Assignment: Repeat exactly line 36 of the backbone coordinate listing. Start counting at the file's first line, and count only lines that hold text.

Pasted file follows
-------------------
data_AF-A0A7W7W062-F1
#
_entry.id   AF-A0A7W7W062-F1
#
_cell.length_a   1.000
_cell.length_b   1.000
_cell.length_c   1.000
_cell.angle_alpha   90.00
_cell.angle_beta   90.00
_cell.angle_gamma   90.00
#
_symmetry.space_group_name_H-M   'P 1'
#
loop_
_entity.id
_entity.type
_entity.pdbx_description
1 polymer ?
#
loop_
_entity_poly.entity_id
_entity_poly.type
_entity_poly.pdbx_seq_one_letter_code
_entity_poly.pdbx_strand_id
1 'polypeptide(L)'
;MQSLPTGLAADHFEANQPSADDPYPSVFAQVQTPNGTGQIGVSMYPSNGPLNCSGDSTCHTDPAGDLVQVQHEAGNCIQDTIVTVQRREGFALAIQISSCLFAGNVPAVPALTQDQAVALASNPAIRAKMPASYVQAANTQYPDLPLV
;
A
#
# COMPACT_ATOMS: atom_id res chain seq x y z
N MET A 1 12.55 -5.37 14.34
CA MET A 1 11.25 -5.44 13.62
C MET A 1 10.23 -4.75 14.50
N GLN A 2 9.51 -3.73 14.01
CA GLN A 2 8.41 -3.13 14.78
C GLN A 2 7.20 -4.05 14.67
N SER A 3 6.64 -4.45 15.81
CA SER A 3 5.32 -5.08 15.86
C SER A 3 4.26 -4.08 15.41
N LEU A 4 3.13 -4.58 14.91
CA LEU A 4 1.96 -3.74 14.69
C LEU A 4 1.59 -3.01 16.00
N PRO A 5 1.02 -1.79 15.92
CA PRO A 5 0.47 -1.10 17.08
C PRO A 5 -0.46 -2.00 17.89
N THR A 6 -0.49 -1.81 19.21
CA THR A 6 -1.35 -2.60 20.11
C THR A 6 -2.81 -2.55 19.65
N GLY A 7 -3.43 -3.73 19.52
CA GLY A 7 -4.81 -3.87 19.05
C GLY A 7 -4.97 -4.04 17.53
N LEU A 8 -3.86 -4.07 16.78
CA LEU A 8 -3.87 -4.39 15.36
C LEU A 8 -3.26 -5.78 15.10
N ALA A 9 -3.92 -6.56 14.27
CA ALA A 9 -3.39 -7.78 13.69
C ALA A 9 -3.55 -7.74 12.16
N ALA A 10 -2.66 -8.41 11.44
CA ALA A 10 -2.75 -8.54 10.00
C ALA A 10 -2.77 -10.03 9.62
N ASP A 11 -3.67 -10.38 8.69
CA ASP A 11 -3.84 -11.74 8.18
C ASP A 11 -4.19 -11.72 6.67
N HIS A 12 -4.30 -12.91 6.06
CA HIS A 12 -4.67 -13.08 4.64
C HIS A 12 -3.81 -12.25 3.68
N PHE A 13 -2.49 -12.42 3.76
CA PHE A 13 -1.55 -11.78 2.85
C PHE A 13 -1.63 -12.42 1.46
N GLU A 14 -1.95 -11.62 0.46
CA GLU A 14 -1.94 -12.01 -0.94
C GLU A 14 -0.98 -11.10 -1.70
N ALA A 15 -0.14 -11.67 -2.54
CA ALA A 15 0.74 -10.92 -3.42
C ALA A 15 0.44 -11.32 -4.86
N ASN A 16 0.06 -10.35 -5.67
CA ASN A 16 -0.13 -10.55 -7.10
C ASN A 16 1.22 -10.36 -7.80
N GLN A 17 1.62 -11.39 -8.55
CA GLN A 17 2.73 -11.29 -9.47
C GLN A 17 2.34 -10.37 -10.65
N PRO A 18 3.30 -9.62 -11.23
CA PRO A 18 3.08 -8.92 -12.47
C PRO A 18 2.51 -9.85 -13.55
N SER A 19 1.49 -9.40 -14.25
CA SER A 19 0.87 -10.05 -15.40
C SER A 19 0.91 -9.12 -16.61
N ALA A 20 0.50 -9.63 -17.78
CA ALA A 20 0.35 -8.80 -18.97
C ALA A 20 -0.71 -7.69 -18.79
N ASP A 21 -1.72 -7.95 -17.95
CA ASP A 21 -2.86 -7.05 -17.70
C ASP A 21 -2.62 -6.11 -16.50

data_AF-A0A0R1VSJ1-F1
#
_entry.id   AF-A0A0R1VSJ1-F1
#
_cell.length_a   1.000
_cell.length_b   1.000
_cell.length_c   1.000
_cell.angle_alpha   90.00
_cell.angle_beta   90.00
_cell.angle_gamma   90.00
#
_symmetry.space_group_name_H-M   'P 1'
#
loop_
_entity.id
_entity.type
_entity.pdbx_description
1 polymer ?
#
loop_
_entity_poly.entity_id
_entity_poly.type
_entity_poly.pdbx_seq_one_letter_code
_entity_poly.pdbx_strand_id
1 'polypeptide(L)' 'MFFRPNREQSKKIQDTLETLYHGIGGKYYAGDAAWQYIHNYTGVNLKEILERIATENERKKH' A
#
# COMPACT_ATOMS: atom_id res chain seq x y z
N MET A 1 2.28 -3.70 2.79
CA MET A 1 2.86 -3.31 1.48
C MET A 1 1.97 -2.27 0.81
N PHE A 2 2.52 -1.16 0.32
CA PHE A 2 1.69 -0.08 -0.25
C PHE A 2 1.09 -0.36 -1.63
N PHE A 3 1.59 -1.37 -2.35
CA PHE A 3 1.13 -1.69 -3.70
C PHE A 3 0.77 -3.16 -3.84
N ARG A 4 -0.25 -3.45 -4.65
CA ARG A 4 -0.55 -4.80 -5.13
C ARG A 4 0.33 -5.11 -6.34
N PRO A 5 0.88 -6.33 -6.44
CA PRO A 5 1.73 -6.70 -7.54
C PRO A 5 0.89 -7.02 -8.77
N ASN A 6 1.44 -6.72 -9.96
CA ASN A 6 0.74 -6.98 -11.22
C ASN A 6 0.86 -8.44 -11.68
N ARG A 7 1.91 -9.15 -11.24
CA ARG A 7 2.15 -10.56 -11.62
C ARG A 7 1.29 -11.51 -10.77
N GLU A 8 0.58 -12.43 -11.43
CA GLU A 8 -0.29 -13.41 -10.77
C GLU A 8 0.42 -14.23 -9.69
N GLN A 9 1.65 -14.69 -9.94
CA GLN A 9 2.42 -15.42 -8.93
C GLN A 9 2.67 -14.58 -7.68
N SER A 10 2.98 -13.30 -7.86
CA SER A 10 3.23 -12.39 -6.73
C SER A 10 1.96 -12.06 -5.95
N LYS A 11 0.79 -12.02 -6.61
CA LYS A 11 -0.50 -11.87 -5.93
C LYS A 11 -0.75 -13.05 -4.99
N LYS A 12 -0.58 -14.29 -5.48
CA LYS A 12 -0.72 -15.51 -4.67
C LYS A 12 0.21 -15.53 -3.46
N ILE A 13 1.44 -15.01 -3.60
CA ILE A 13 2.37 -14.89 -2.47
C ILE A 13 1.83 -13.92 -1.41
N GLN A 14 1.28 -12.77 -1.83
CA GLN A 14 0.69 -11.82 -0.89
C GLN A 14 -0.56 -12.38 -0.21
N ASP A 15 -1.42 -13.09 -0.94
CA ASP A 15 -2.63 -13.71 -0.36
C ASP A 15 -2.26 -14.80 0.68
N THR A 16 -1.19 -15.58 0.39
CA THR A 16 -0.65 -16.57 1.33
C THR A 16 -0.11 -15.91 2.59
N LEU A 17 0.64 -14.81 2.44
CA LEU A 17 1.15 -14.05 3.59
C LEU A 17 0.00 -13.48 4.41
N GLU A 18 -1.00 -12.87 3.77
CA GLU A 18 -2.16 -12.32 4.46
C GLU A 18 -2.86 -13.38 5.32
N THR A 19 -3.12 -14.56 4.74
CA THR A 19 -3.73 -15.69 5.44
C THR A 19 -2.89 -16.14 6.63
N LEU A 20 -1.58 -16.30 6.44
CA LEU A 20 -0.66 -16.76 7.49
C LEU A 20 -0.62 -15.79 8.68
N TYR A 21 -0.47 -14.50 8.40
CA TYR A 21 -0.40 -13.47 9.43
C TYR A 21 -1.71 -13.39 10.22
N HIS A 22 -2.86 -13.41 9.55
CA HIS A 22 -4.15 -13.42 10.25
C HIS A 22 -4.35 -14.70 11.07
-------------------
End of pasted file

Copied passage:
C GLN A 2 7.20 -4.05 14.67